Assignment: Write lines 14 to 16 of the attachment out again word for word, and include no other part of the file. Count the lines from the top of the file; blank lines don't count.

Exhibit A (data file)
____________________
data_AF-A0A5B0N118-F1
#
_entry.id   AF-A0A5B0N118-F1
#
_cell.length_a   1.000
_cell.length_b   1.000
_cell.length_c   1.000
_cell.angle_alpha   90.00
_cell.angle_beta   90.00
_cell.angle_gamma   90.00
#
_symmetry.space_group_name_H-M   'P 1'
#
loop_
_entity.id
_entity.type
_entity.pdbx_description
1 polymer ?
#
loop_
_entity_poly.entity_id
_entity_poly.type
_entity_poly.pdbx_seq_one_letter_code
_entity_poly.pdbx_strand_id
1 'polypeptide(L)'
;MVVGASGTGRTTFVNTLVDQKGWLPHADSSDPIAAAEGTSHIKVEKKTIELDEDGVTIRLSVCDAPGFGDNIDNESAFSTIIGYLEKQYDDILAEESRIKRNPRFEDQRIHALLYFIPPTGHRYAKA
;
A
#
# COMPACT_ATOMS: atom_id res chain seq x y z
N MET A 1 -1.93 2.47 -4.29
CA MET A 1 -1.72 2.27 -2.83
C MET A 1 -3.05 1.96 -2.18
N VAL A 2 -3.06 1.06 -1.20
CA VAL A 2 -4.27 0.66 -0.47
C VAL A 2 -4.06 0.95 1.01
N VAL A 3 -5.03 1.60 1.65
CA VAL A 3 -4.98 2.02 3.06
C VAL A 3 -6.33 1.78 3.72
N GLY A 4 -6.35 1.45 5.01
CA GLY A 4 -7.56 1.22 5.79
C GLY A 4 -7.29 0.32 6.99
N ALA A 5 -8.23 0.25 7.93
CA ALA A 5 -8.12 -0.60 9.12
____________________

loop_
_entity.id
_entity.type